The long swim out of the darkness

I wuv you
I wuv you
Said the little blue man
I wuv you
I wuv you
I wuv you to bits

It is October 27, 1985. It is dark, and the waters of Western Port Bay are rough. Fifteen-year-old Susan Berg is in the water and has been swimming for hours. She is exhausted. She is alone. She has no idea what has happened to her dad, her mum, her brother. She has no choice but to force herself to keep swimming.

I wuv you
I wuv you
Said the little blue man
I wuv you
I wuv you
I wuv you to bits

Susan Berg grew up in a loving family. Her dad, Edwin, was a doctor. Her mum, Valerie, was a nurse.

Edwin and Valerie had been married for 20 years and were devoted to each other. They were a religious family, and maintained values based on faith and goodness.

Earlier in the day, the Berg family set out for a fishing trip on Western Port Bay. It was only the second time they’d taken their boat out. The first time they took it out, the boat broke down, resulting in the family having to be towed back to shore, much to the annoyance of Edwin.

The last photo of Susan (far left) and her family.

This time, they were prepared. The boat had been repaired and was, they were assured, seaworthy.

When launching the boat, Edwin pulled on his “waders”, much to the amusement of Susan and her 16-year-old brother William, who everybody called Bill.

Valerie had her camera in hand, as she always did, and captured the moment. She never went anywhere without her camera. It was her prized possession.

After an enjoyable day of fishing, it was getting dark and rough. It was time to head to shore.

“Sossy, do you want to drive the boat back to the ramp?” said Edwin. ‘Sossy’ was the pet name her Dad used for Susan.

Susan and brother William amused by dad (Edwin) in his waders.

Susan was steering the boat back towards shore when suddenly it lost power. Moments of confusion ensued when Bill yelled out that the boat was filling with water; a huge hole had opened up in the hull of the boat and it was sinking fast.

The family jumped out of the boat and flipped it over.

It was now nearly dark, and there was nobody around. They were clinging to the upturned hull of their stricken boat and were neck-deep in the freezing waters of Western Port Bay.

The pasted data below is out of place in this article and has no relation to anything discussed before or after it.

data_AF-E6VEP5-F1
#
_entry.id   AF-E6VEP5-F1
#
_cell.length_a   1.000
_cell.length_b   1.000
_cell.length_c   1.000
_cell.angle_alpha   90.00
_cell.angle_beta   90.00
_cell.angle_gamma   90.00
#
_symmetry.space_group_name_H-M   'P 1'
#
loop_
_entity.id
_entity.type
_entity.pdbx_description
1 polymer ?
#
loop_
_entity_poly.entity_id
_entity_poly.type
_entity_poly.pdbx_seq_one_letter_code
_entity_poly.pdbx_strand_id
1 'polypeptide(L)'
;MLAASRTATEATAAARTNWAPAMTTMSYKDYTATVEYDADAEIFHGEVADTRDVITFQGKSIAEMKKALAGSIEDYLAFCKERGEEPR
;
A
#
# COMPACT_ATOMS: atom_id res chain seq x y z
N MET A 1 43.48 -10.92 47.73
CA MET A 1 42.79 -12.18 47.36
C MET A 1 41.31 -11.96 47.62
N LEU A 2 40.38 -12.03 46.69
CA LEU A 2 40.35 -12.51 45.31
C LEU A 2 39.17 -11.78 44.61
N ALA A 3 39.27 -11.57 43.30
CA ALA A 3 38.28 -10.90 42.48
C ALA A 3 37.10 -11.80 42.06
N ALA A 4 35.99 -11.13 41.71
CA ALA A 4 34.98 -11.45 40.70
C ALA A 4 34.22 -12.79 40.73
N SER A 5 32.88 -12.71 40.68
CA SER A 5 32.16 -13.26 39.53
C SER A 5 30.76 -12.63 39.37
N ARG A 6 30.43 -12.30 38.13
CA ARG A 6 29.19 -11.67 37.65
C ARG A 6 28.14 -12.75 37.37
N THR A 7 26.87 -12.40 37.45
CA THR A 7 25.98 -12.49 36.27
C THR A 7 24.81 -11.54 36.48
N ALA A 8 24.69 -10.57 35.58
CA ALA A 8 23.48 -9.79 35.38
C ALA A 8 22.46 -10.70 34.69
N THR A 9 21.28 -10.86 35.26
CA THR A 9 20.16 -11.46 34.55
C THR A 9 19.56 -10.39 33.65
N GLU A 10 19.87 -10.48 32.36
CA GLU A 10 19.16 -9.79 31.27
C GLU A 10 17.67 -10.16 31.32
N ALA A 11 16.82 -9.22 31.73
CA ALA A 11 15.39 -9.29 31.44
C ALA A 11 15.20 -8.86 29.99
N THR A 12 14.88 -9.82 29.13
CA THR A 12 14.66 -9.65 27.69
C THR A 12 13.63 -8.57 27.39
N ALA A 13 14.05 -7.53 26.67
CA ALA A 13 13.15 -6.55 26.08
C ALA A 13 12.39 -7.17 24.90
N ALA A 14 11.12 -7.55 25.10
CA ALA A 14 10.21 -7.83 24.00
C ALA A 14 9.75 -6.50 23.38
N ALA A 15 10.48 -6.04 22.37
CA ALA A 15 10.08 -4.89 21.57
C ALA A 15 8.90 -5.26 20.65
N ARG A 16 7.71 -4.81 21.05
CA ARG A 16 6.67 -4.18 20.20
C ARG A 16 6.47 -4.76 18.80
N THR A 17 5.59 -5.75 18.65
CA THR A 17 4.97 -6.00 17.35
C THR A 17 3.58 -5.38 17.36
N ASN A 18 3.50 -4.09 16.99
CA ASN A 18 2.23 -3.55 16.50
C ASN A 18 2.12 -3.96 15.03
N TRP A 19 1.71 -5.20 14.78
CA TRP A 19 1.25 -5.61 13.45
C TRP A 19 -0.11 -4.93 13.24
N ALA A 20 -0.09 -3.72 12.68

Susan’s mum was as calm as ever as they discussed what was to be done. Should they swim for shore, knowing that it would take hours in the choppy swell? Or wait and hope they would be discovered by a passing boat?

Waiting seemed futile. Their only hope was to swim.

The enormity of the situation began to take hold. Valerie loosened the strap on her beloved camera, and allowed it to sink to the bottom of Western Port Bay.

The family said a prayer and set off into the darkness.


Very soon after starting out, Edwin got into trouble. Bill insisted on going back to help, even though mum Valerie insisted that he keep swimming. “No, Mum. Dad needs my help.”

Susan and Valerie kept swimming. Susan was out front. For the next hour, they kept in contact by yelling out to each other.

“Sossy. Are you okay?”

“Yes, Mum, I’m okay”.

“Mum….” Susan yelled out, wanting to tell her how much she loved her.

“Just keep going Susan”. She didn’t need to hear the words. She already knew.

Susan battled on for what seemed like hours. At one point, she realised she hadn’t heard her mum for a while. She yelled out to her but got no reply.

Susan swam on in the darkness. She kept swimming. She sang songs to herself that came into her head…. “I wuv you, I wuv you….”. She prayed to God to help her and her family in this time of need.

Eventually Susan felt something under her feet. Solid ground? No, mud. Sticky, deep mud. It was no help to her. She had to force herself on, and eventually when the water became shallow enough, she was dragging herself through it.

On her hands and knees, she would drag herself through, counting to one hundred. Then she would turn over and sit and drag herself backwards and count to one hundred. Repeat, repeat, repeat.

Eventually, the mud gave way to solid ground. Although she thought she had found land, it turned out to just be a sandbank. She could have stopped there, but she needed to push on. Her family were still out there.

“Mum! Dad! Bill”, she yelled. “I’m on a sandbank. Keep going. You can rest here!”

Back into the water she went again, dragging herself through the mud that sucked at her exhausted body like quicksand. One, two, three….. one-hundred. One, two three….. one-hundred.

Eventually she could swim again, and land was only a few hundred metres ahead. She soon came to mud again, and eventually dragged herself onto dry land.


Susan tore through the bushes, with nothing but moonlight to guide her. She had no idea where she was, or where to go. She found a track, and hesitated. Turn left, or turn right? She had no idea that turning left would plunge her into the National Park with no chance of finding help. She turned right.

She wanted to stop and rest, but she knew she had to keep running. The 15-year-old girl, wet and cold, dressed in shorts and T-shirt and covered in mud, ran through the darkness in hope of finding help.

Eventually she saw a farmhouse with a light on. She ran towards it. She pounded on the door of the farmhouse where Doctor Forbes and his wife were peacefully reading. When they opened the door, they ushered Susan inside. It was clear what had happened to her.

Doctor Forbes examined Susan and rang the local ranger to begin the search. Mrs Forbes put the freezing, mud-covered girl in the shower to warm her.

Resting her head against the tiles, Susan sobbed. “I’m sorry Mum. I’m so sorry”.


Within hours, boats were scouring Western Port Bay, and helicopters were circling overhead.

It wasn’t until the next morning that the bodies of Valerie, then Edwin, and then Bill were found.